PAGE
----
Political Socialization in a Media-Saturated World
Frontiers in Political Communication
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|Format: ||Paperback, 472 pages, New edition Edition|
|Published In: ||United States, 10 October 2016|
The studies that comprise Political Socialization in a Media Saturated World synthesize, question, and update our knowledge of political socialization that has accumulated over the past 40 years of related research. The scholarship advances innovative theoretical perspectives and develops new models of the socialization process that revolve around the key social structures of family, media, peers, and school. The Hierarchy Model of Political Socialization, in particular, provides a comprehensive conceptual framework for organizing and analyzing youth responses to the political. With research that spans multiple election cycles across nearly a decade, and data drawn from a national panel study that allows for cross-generational comparison, the findings and models of political socialization presented provide the most comprehensive and in-depth examination of youth political socialization that exists to date. This book provides a foundation and research agenda for examining the Millennial generation in the coming years as these citizens mature to adults and become the driving force of society and our polity.
Table of Contents
Esther Thorson/Mitchell S. McKinney/Dhavan Shah: Introduction: Theorizing Political Socialization in a Media-Saturated World - Section One: Theories of Political Socialization- Esther Thorson/ Hans Meyer/Mi Jahng: The Role of Media Use Motives in the Classic Structural Model of Youth Political Socialization - Esther Thorson/Glenn Leshner/Mi Jahng/Margaret Duffy: A Hierarchy of Political Participation Activities in Pre-Voting-Age Youth - Esther Thorson/Eunjin Kim/Margaret Duffy: Political Advertising and the Hierarchy of Political Socialization in Teens - Mi Jahng/Mitchell S. McKinney/Esther Thorson: Peer Influence in Adolescent Political Socialization: Deliberative Democracy Inside and Outside the Classroom - Joonghwa Lee/Chang Dae Ham/Esther Thorson: Knowledge Gap in a Media-Saturated Presidential Election - Peter Levine/Kei Kawashima-Ginsberg: State Policies for Civic Education - Section Two: Parents and Children - Edson Tandoc/Esther Thorson/Margaret Duffy: Parenting Styles in Political Socialization: How the Path to Political Participation Begins at Home - Chang Dae Ham/Joonghwa Lee/Esther Thorson: The Importance of Family Communication Patterns and School Civics Experiences - Rosanne Scholl/Chance York: Predictors of Youth Voting: Parent-Child Relationships and Young Adult News Use - Benjamin R. Warner/Colleen Warner Colaner: Talking Politics at the Dinner Table: The Effects of Family Political Communication on Young Citizens' Normative Political Attitudes - Michael McDevitt/Shannon Sindorf: Social Media and Social Voting in Latino Families: A Strategic Approach to Mobilizing Youth as Information Leaders - Section Three: Interactions With Peers and Others - Mi Jahng/Hans Meyer/Esther Thorson: Youngsters' Political Talk With Those Outside School and Family: The Hierarchy of Political Socialization - Edson Tandoc/Esther Thorson: From News to Political Knowledge: The Roles of Elaboration and Discussion - Nam-jin Lee/Dhavan V. Shah/Jack M. McLeod: Communication Norms, Contexts of Socialization, and Youth Civic Development - Section Four: Youth and Political Knowledge - Esther Thorson/Seoyeon Kim/Joonghwa Lee: Measurement of Political Knowledge in American Adolescents - Esther Thorson/Mi Jahng/Mitchell S. McKinney: Political Knowledge and Participation in Teens During Low and High Political Interest Periods of a Presidential Election - Hans Meyer/Mi Jahng,/Esther Thorson: Political Socialization Patterns in Younger and Older American Adolescents - Section Five: Media Changes - J. Brian Houston/Mitchell S. McKinney: Young Citizens' Use of Digital and Traditional Political Information - Stephanie Edgerly/Kjerstin Thorson: Developing Media Preferences in a Post-Broadcast Democracy- Edson Tandoc/Esther Thorson/Mi Jahng/Eunjin Kim/Margaret Duffy: Is Dangerous News Use Dangerous? The Impact of Safe and Dangerous News Use on Political Socialization - Porismita Borah/Dhavan Shah: The Origins of Media Perceptions: Judgments of News Accuracy and Bias Among Adolescents - Jeremy Littau/Liz Gardner/Esther Thorson: The Impact of News "Voice" on Adolescent Political Efficacy - Robert H. Wicks/Myria Allen: Environmental Political, Civic Engagement and Political Consumerism Among Youth - Contributors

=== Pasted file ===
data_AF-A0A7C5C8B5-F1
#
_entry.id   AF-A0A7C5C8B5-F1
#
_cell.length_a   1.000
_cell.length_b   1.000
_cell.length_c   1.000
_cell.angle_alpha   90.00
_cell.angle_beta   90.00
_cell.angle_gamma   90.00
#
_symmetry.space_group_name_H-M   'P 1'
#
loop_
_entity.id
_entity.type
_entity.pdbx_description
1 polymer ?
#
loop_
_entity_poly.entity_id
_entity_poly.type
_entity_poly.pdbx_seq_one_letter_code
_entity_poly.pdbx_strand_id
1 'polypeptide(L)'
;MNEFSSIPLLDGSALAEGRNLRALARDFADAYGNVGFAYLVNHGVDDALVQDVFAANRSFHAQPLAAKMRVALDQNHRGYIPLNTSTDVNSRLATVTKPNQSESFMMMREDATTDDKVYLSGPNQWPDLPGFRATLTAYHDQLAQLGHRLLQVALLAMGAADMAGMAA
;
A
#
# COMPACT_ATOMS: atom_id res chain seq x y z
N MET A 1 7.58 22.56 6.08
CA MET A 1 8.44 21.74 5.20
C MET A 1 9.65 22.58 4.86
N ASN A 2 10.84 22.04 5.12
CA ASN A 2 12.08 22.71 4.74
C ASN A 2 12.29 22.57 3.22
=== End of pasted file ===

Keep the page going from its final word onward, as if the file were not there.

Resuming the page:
About the Author
Esther Thorson (Ph.D., University of Minnesota) is pProfessor of Media Economics, Innovation, and Entrepreneurism in Journalism at Michigan State University. She is co-author/editor of eight books, including Theories of Advertising (2012), and Persuasion Ethics Today (2016). Mitchell S. McKinney (Ph.D., University of Kansas) is Professor and Chair of Communication and Director of the Political Communication Institute at the University of Missouri. He is co-author/editor of seven books, including Communication in the 2008 U.S. Election: Digital Natives Elect a President (2011), and alieNATION: The Divide & Conquer Election of 2012 (2014). Dhavan V. Shah (Ph.D., University of Minnesota) is the Louis A. & Mary E. Maier-Bascom Professor in the School of Journalism and Mass Communication at the University of Wisconsin-Madison. He is Director of the Mass Communication Research Center and Scientific Director in the Center for Health Enhancement System Studies. Shah is co-author of News Frames and National Security: Covering Big Brother (2015).
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